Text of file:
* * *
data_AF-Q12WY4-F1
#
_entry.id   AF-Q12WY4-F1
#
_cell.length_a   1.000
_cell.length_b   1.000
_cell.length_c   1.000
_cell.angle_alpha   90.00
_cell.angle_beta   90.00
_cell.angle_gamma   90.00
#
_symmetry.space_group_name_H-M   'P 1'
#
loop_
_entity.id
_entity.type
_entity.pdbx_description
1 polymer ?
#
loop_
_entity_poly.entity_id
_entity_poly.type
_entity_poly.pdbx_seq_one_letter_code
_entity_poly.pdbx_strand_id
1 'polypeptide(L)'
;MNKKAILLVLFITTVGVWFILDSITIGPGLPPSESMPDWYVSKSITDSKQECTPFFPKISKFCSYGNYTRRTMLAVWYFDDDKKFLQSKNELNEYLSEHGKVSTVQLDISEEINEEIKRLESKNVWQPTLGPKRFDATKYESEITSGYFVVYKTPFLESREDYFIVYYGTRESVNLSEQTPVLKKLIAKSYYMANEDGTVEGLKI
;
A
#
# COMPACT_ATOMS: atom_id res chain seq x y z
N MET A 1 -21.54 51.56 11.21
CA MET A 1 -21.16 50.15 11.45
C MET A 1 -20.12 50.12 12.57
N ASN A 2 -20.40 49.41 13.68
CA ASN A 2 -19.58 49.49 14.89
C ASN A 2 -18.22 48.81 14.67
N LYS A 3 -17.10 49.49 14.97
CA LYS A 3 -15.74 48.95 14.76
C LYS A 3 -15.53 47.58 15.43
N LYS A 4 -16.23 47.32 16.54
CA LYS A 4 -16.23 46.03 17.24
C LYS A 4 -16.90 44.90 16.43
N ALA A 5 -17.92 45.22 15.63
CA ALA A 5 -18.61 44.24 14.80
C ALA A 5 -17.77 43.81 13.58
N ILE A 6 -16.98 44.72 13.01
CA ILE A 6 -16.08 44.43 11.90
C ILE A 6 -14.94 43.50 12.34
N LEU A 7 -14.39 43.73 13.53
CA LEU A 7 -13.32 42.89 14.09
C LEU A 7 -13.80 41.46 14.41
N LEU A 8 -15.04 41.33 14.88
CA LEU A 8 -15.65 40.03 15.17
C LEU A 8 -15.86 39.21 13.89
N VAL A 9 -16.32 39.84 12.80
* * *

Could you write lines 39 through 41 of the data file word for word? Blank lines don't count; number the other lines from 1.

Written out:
C LYS A 3 -15.53 47.58 15.43
N LYS A 4 -16.23 47.32 16.54
CA LYS A 4 -16.23 46.03 17.24